The area, known as Winamac Recreational Demonstration Area, was originally in the hands of the federal government. The WPA built improvements on the park between 1935 and 1942. The WPA recruited local men to improve Tippecanoe River State Park. The… read more
The WPA laborers completed two group camps by 1938, known as Camp Tepicon and Camp Pottawattomie. The camps were immediately occupied by Boy Scouts and Girl Scouts. Today, the surviving group camp is known as Potawatomi. Potawatomi is a functional group… read more
The building is a remnant of Camp Tepicon, a group camp constructed by WPA laborers. The dining hall is still in use and is listed in the National Register of Historic Places.
Using a variety of native materials, the CCC built gatehouses designed to appeal to the eye and draw in visitors with hints of the delights of nature within the park. The gate house retains its orginal limestone facade, wood clapboard,… read more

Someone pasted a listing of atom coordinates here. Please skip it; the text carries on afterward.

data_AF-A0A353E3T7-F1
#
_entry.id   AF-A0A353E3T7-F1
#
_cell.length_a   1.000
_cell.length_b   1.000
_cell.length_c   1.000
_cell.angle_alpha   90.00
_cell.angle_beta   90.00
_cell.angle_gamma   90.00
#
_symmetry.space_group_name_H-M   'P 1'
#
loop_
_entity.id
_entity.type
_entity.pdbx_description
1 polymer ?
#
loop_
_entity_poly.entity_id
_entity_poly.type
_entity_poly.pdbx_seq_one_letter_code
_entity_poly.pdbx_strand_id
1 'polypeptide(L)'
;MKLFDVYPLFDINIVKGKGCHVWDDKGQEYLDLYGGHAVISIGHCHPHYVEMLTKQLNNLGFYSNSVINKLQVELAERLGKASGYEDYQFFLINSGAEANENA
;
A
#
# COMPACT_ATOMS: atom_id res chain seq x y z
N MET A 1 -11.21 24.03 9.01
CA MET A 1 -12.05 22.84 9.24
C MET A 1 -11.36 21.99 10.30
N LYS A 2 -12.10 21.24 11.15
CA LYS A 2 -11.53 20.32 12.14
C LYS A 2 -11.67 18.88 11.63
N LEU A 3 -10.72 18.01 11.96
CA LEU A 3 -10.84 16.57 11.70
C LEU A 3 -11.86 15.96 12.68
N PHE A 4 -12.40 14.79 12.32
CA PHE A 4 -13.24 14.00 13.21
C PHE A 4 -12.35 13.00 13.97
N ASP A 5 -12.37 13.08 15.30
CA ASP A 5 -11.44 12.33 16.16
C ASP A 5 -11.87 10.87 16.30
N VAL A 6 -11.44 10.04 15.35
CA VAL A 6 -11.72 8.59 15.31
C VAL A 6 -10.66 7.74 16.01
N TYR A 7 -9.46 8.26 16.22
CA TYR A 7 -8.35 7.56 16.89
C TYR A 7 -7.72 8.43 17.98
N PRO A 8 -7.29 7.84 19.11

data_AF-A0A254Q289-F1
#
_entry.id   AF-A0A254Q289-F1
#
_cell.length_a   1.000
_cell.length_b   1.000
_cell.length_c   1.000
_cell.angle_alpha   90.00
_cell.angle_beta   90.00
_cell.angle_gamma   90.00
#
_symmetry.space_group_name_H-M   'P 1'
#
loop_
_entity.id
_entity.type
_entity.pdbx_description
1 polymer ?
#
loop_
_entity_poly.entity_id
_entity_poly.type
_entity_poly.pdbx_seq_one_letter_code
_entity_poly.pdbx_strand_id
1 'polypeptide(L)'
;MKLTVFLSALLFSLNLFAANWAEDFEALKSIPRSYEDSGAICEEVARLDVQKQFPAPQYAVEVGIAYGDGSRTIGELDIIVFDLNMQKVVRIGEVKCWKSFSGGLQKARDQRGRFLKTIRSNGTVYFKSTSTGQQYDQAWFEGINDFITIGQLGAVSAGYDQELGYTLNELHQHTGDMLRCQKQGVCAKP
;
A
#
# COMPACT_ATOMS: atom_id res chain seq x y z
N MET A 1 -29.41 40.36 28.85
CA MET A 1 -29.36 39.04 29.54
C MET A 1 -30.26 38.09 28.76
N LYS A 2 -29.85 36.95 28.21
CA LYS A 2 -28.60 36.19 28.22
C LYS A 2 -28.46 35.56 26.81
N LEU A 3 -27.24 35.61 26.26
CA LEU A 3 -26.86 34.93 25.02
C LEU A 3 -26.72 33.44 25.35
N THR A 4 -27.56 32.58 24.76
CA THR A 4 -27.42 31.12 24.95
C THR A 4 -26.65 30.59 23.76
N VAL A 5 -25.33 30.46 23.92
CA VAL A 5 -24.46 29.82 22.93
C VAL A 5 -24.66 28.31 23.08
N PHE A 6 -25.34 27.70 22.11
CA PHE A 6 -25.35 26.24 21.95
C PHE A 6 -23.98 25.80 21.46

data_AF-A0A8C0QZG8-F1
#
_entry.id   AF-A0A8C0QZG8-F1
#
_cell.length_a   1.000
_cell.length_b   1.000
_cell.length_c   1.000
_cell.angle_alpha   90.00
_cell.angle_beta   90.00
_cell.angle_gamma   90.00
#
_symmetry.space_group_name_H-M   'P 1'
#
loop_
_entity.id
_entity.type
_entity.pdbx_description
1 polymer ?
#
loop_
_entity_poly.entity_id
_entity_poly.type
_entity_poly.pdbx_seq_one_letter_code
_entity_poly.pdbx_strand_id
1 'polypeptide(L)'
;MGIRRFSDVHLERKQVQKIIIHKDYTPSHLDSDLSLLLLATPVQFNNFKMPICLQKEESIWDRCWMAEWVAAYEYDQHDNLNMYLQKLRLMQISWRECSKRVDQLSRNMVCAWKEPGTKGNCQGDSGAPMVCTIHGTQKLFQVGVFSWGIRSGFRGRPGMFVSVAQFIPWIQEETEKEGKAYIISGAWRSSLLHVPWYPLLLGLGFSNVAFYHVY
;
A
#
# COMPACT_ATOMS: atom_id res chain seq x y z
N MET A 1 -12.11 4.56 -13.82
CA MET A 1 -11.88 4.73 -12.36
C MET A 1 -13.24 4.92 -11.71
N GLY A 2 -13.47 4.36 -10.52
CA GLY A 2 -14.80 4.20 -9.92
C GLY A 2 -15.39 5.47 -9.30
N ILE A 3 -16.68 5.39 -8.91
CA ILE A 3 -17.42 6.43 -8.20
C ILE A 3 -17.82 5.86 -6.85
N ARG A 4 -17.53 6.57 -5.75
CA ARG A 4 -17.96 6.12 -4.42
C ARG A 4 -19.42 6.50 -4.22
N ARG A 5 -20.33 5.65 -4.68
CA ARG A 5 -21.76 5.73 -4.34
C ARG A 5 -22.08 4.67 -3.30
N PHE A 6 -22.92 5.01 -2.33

The WPA constructed firetowers on steel frameworks to help protect the new plantings and existing forests. The firetower at Tippecanoe River State Park was completed in 1940 by WPA laborers. The firetower stands around 90′ tall.
The oven shelter is largely unknown to the public. The shelter contains a stone fireplace. The oven shelter is classified as parks rustic.
The shelter was completed by WPA labores in 1936. The L-shaped shelter was constructed out of local stone. The WPA also completed a comfort nearby the shelter. The comfort station is unaltered besides the handicapped access ramps that were added… read more